|Starting to use wikiCalc|
The first time you run wikiCalc you need to set it up to publish to a web site. This can be a little tedious, much like setting up Blogger or similar systems. Once set up, though, it is very easy to use (I hope!).
If you just want to experiment a bit with editing in wikiCalc, you may want to have it automatically setup a simple demonstration environment so you can avoid all the tedium of entering the setup information. If wikiCalc determines that it is running for the first time, with no Hosts already defined, it will offer to do a Demonstration Setup. Choose that option and then follow the instructions there. For more information, see "Editing and Publishing" below.
If you want to do a full, manual setup, here are the instructions. Also, you might find these instructions helpful later to make changes to the demo setup so that you can use it to publish the pages you create to a web site.
wikiCalc has the concept of "Hosts" (a particular web server, or a particular place on your local machine) that will store the final web pages and their source files. On each host you have one or more "Sites" (groups of pages to edit and directory where the published HTML is stored for serving). You start by "Adding" the definition of a new site, which will then need you to first add the definition of a new host. Read the help text on the forms you fill out carefully. To edit these settings after you save them, use the Manage Sites and Manage Hosts commands on the Page tab.
As explained on the "wikiCalc Architecture" page, you can run wikiCalc either locally on your personal computer or on a remote server. When run on your personal computer, communications with the remote server where your published files will reside is accomplished through FTP. When you run wikiCalc as a CGI on the computer where your published files are to be stored there is no need for FTP. The FTP URL required for setting up a host is just the domain name used to login to the FTP server where you will publish. It is something like ftp03.host.com, or upload.comcast.net, etc., and does not have "/" or "ftp:" in it.
If you don't provide an FTP URL, then wikiCalc can be used to just create HTML files on your local machine when you "publish" (this is how the demo setup is structured). To learn about the product that is OK and it is also the way to run a hosted version of wikiCalc on a remote server. If you don't know where you can publish by FTP, you might want to check with your ISP. On the ListGarden "Storing RSS on inexpensive web server space" page you will find information that might be helpful.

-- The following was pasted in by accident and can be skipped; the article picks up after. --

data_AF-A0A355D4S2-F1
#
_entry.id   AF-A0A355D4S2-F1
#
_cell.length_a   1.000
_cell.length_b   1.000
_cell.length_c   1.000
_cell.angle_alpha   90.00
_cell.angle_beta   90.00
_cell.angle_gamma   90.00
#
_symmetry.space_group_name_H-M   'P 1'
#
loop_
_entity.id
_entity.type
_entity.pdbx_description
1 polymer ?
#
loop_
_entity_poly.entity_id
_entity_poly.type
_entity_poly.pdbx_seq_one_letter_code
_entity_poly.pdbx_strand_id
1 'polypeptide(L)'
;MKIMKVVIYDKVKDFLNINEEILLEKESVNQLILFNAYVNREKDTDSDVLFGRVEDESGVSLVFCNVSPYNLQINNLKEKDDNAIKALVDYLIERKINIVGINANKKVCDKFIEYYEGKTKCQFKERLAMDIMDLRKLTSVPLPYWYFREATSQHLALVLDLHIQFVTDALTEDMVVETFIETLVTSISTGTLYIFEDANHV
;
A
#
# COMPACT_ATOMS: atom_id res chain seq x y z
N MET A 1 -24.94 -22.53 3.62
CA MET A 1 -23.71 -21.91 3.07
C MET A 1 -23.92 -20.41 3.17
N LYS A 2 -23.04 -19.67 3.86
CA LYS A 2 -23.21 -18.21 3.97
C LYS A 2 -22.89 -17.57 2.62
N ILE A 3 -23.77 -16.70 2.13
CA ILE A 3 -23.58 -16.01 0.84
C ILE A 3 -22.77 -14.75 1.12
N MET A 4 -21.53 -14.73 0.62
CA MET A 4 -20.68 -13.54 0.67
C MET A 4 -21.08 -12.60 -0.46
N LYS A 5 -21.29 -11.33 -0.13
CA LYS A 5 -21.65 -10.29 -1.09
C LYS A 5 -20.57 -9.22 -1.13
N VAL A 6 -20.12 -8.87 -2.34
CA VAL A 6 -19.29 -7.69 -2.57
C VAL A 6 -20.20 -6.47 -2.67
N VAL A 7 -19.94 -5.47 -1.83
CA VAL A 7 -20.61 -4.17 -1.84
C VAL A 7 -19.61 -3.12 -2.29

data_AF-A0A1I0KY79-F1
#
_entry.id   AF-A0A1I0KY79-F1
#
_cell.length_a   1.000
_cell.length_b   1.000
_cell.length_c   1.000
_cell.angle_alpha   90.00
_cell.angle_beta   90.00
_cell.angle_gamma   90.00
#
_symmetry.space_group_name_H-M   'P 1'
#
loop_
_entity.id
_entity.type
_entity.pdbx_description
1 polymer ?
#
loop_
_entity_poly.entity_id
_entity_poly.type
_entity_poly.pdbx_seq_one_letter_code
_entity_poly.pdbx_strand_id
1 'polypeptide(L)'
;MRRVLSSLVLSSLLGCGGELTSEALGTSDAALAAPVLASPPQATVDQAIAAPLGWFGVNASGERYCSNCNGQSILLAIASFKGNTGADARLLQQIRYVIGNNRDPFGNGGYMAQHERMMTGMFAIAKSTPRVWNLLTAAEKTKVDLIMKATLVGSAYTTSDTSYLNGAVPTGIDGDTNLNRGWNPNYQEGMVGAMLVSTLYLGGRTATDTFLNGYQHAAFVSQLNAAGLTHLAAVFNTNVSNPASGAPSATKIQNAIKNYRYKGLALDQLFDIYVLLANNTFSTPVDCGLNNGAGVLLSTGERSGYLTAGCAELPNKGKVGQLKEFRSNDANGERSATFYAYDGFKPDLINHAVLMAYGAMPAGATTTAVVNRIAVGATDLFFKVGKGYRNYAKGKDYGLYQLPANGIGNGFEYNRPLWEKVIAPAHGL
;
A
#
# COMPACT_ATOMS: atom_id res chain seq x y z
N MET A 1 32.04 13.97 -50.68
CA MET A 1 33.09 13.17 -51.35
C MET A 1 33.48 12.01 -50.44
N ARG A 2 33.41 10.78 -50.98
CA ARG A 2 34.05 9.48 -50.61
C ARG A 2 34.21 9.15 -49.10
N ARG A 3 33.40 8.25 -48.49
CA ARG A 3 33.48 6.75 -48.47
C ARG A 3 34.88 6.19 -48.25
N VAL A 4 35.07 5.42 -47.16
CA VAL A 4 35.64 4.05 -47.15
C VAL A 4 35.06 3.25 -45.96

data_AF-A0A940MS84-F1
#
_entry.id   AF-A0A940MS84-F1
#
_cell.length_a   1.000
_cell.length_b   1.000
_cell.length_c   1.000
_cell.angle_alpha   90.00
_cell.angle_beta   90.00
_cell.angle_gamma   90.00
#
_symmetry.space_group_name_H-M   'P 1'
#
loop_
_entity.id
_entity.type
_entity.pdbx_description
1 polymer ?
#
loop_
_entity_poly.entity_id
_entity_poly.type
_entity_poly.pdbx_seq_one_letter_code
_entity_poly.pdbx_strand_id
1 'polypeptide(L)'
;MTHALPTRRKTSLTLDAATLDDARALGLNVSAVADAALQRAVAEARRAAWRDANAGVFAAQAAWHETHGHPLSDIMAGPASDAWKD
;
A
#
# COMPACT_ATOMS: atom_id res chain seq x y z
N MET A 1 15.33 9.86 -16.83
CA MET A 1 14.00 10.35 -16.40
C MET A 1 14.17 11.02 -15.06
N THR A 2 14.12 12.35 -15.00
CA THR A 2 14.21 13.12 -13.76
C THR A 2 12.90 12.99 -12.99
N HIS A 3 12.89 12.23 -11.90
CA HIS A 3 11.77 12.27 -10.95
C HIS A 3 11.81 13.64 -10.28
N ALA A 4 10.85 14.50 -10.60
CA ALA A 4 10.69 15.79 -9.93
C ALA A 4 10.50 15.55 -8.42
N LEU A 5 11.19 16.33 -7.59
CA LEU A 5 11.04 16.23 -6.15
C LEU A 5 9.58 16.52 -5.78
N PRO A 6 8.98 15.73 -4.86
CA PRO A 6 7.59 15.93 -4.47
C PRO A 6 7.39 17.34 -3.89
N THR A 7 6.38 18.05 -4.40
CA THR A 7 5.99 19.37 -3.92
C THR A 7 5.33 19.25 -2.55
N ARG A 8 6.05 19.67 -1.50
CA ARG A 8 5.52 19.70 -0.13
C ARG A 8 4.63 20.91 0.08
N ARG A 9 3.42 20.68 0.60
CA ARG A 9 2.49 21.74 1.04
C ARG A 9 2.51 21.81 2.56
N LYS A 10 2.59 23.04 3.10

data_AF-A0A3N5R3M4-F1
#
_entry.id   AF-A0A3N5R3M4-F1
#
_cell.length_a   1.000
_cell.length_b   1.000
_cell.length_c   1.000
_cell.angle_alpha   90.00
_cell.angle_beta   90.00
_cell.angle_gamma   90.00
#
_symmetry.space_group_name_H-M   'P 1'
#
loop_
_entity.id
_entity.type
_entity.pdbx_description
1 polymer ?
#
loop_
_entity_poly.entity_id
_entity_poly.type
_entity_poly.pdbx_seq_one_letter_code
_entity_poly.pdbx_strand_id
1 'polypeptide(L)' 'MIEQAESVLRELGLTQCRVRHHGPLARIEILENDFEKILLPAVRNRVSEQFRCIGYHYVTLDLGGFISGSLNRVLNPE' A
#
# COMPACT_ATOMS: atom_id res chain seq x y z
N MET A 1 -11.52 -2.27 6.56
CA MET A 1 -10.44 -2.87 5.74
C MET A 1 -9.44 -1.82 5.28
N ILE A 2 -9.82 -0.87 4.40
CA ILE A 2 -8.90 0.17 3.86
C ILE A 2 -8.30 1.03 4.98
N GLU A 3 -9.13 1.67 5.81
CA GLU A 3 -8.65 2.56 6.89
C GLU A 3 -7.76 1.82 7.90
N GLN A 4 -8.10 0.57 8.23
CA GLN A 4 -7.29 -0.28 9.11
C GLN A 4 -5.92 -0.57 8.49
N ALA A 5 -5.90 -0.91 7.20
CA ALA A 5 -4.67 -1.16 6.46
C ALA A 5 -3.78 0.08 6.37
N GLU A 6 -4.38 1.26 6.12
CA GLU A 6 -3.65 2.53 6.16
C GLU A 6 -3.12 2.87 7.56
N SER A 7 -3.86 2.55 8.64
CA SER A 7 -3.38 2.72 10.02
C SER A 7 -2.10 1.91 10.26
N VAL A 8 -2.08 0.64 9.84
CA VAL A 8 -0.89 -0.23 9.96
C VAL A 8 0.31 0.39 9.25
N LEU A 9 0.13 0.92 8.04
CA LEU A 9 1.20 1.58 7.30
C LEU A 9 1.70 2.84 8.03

After defining a host, you can define a site on that host. Again, read the help carefully. Make sure that Path for HTML exists. This may be tricky when doing local publishing on a remote server, as it may be a relative path from the program directory to the HTML directory (e.g., from cgi-bin/wikicalc to html/site1 using "../../html/site1). wikiCalc creates most other directories that it needs. [If you run into problems, you can always delete the "wkcdata" directory in the working directory where you run wikiCalc to start anew (this deletes all host and site definitions and all local copies of files being edited).]
Creating New Pages
Once you have a site defined, you can select it to see the files available for edit. If nobody else has created anything on the site with wikiCalc (the normal case) the list will be empty. Press the "Create New Page" button. Assign a page name (which will be the filename before the ".html" which you should not include) and a more descriptive name to see in filename lists, used by the publishing template, etc. (you will be able to change the Host Page Name later but not the Page Name). [Note: If you use the name "index" you can create the default page for that directory.] There are a few template pages you can use to speed the initial creation of a page. The Page Template "Use a shared template" radio button will show the options. When done press "Create".
Editing and Publishing
To edit the new page, click on the "Edit" button next to it to view an editable spreadsheet-like view. Follow instructions there (there is a Help button). You can change column widths, fonts, etc., with the Format tab and do some other things on the Tools tab.
You can publish the page to the server by using either the Publish button on the Publish tab or on the Page tab. The one on the Publish tab can leave the page "checked out" and ready for continued edit. The one on the Page tab deletes the editing copy of the page source on your local machine and just leaves a copy on the server. When you select "Edit" again it will download the most recently published copy. If someone else (using wikiCalc on, say, another computer) has started editing a page on that site and has not published it from the Page tab, their name will be listed. You can still edit it, too (this was a requested feature that may be changed). Whoever publishes last wins. If you have more than one person maintaining and editing a site, be careful and watch the indications of who is editing (and update it with the Restore button on the Page tab if you are not doing server-based editing)! In simple terms, editing a page "checks it out" and publishing from the Page tab (not the Preview tab) "checks it in". Currently that button is the only easy way to check something in. If you are doing "local" publishing (such as when wikiCalc runs on a remote server) there is no need to Restore -- the edit status of each page is updated each time the Page tab is displayed.
For more information about how wikiCalc uses files and directories, see the "wikiCalc Architecture" page.
Make sure to check out a list of some of the known bugs on the "wikiCalc Bug List" page. Check back periodically to see new ones that are found.
|wikiCalc Beta Home Page